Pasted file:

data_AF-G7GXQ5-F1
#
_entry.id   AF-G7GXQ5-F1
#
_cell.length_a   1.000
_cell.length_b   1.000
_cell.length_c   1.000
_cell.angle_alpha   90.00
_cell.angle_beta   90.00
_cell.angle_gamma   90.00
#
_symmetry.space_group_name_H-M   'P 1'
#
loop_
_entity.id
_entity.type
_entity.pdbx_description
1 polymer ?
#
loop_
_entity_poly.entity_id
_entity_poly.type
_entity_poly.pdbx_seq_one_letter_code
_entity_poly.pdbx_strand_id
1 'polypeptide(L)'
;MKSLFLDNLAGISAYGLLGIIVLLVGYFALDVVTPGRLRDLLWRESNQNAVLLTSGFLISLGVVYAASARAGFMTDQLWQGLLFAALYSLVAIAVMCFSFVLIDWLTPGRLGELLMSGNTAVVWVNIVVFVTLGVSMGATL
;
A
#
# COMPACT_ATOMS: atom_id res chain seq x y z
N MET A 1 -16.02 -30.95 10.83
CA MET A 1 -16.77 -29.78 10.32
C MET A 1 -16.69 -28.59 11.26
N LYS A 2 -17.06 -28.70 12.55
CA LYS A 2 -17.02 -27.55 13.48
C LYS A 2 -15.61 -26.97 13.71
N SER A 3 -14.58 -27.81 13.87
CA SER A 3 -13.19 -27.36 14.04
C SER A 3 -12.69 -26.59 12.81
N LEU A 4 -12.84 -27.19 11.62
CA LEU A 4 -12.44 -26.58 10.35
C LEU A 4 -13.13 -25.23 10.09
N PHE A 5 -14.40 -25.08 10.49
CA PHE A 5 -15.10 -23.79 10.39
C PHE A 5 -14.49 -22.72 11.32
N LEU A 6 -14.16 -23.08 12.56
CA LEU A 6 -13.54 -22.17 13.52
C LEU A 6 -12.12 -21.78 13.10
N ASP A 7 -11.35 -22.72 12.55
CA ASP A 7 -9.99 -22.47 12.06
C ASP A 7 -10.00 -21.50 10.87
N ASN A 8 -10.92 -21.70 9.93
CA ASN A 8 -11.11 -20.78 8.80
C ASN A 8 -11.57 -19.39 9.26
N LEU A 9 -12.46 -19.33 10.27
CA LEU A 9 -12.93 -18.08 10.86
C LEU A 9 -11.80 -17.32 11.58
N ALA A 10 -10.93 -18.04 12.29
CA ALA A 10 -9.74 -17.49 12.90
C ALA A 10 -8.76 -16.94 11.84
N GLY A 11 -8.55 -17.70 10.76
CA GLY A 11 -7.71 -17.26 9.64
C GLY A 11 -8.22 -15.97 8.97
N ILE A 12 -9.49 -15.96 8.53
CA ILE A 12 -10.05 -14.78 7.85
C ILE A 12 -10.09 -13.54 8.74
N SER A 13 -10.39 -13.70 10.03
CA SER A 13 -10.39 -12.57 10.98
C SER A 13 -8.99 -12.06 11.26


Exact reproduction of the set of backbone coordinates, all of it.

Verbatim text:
data_AF-G7GXQ5-F1
#
_entry.id   AF-G7GXQ5-F1
#
_cell.length_a   1.000
_cell.length_b   1.000
_cell.length_c   1.000
_cell.angle_alpha   90.00
_cell.angle_beta   90.00
_cell.angle_gamma   90.00
#
_symmetry.space_group_name_H-M   'P 1'
#
loop_
_entity.id
_entity.type
_entity.pdbx_description
1 polymer ?
#
loop_
_entity_poly.entity_id
_entity_poly.type
_entity_poly.pdbx_seq_one_letter_code
_entity_poly.pdbx_strand_id
1 'polypeptide(L)'
;MKSLFLDNLAGISAYGLLGIIVLLVGYFALDVVTPGRLRDLLWRESNQNAVLLTSGFLISLGVVYAASARAGFMTDQLWQGLLFAALYSLVAIAVMCFSFVLIDWLTPGRLGELLMSGNTAVVWVNIVVFVTLGVSMGATL
;
A
#
# COMPACT_ATOMS: atom_id res chain seq x y z
N MET A 1 -16.02 -30.95 10.83
CA MET A 1 -16.77 -29.78 10.32
C MET A 1 -16.69 -28.59 11.26
N LYS A 2 -17.06 -28.70 12.55
CA LYS A 2 -17.02 -27.55 13.48
C LYS A 2 -15.61 -26.97 13.71
N SER A 3 -14.58 -27.81 13.87
CA SER A 3 -13.19 -27.36 14.04
C SER A 3 -12.69 -26.59 12.81
N LEU A 4 -12.84 -27.19 11.62
CA LEU A 4 -12.44 -26.58 10.35
C LEU A 4 -13.13 -25.23 10.09
N PHE A 5 -14.40 -25.08 10.49
CA PHE A 5 -15.10 -23.79 10.39
C PHE A 5 -14.49 -22.72 11.32
N LEU A 6 -14.16 -23.08 12.56
CA LEU A 6 -13.54 -22.17 13.52
C LEU A 6 -12.12 -21.78 13.10
N ASP A 7 -11.35 -22.72 12.55
CA ASP A 7 -9.99 -22.47 12.06
C ASP A 7 -10.00 -21.50 10.87
N ASN A 8 -10.92 -21.70 9.93
CA ASN A 8 -11.11 -20.78 8.80
C ASN A 8 -11.57 -19.39 9.26
N LEU A 9 -12.46 -19.33 10.27
CA LEU A 9 -12.93 -18.08 10.86
C LEU A 9 -11.80 -17.32 11.58
N ALA A 10 -10.93 -18.04 12.29
CA ALA A 10 -9.74 -17.49 12.90
C ALA A 10 -8.76 -16.94 11.84
N GLY A 11 -8.55 -17.70 10.76
CA GLY A 11 -7.71 -17.26 9.64
C GLY A 11 -8.22 -15.97 8.97
N ILE A 12 -9.49 -15.96 8.53
CA ILE A 12 -10.05 -14.78 7.85
C ILE A 12 -10.09 -13.54 8.74
N SER A 13 -10.39 -13.70 10.03
CA SER A 13 -10.39 -12.57 10.98
C SER A 13 -8.99 -12.06 11.26